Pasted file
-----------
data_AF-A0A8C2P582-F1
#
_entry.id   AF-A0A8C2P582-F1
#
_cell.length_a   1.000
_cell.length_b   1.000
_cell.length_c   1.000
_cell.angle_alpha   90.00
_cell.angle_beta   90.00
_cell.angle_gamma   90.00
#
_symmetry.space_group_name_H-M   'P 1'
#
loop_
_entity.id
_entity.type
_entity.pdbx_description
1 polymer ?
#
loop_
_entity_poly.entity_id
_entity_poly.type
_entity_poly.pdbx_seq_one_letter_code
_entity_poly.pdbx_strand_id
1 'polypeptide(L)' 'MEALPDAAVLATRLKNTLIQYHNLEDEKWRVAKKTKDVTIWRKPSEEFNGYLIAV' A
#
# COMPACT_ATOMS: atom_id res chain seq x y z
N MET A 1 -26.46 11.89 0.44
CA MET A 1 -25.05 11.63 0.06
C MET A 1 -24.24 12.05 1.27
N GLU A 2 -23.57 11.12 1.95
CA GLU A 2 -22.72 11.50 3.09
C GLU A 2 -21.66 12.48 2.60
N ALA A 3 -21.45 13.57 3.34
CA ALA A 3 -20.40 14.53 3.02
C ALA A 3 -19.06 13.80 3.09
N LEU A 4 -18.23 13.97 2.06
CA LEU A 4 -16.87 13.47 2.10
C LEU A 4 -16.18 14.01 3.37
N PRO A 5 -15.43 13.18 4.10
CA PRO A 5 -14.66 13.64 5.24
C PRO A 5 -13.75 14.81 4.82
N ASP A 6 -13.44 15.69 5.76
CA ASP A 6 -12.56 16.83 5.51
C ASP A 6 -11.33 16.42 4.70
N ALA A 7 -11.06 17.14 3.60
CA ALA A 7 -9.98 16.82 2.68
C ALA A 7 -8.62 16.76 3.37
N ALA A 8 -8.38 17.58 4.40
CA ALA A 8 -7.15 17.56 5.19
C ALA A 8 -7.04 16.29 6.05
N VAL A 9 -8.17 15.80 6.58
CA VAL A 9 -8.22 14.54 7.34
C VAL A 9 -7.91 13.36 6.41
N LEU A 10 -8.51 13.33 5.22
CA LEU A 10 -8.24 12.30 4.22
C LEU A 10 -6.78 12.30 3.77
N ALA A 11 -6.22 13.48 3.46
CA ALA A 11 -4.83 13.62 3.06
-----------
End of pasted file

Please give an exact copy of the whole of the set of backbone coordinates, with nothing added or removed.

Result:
data_AF-A0A8C2P582-F1
#
_entry.id   AF-A0A8C2P582-F1
#
_cell.length_a   1.000
_cell.length_b   1.000
_cell.length_c   1.000
_cell.angle_alpha   90.00
_cell.angle_beta   90.00
_cell.angle_gamma   90.00
#
_symmetry.space_group_name_H-M   'P 1'
#
loop_
_entity.id
_entity.type
_entity.pdbx_description
1 polymer ?
#
loop_
_entity_poly.entity_id
_entity_poly.type
_entity_poly.pdbx_seq_one_letter_code
_entity_poly.pdbx_strand_id
1 'polypeptide(L)' 'MEALPDAAVLATRLKNTLIQYHNLEDEKWRVAKKTKDVTIWRKPSEEFNGYLIAV' A
#
# COMPACT_ATOMS: atom_id res chain seq x y z
N MET A 1 -26.46 11.89 0.44
CA MET A 1 -25.05 11.63 0.06
C MET A 1 -24.24 12.05 1.27
N GLU A 2 -23.57 11.12 1.95
CA GLU A 2 -22.72 11.50 3.09
C GLU A 2 -21.66 12.48 2.60
N ALA A 3 -21.45 13.57 3.34
CA ALA A 3 -20.40 14.53 3.02
C ALA A 3 -19.06 13.80 3.09
N LEU A 4 -18.23 13.97 2.06
CA LEU A 4 -16.87 13.47 2.10
C LEU A 4 -16.18 14.01 3.37
N PRO A 5 -15.43 13.18 4.10
CA PRO A 5 -14.66 13.64 5.24
C PRO A 5 -13.75 14.81 4.82
N ASP A 6 -13.44 15.69 5.76
CA ASP A 6 -12.56 16.83 5.51
C ASP A 6 -11.33 16.42 4.70
N ALA A 7 -11.06 17.14 3.60
CA ALA A 7 -9.98 16.82 2.68
C ALA A 7 -8.62 16.76 3.37
N ALA A 8 -8.38 17.58 4.40
CA ALA A 8 -7.15 17.56 5.19
C ALA A 8 -7.04 16.29 6.05
N VAL A 9 -8.17 15.80 6.58
CA VAL A 9 -8.22 14.54 7.34
C VAL A 9 -7.91 13.36 6.41
N LEU A 10 -8.51 13.33 5.22
CA LEU A 10 -8.24 12.30 4.22
C LEU A 10 -6.78 12.30 3.77
N ALA A 11 -6.22 13.48 3.46
CA ALA A 11 -4.83 13.62 3.06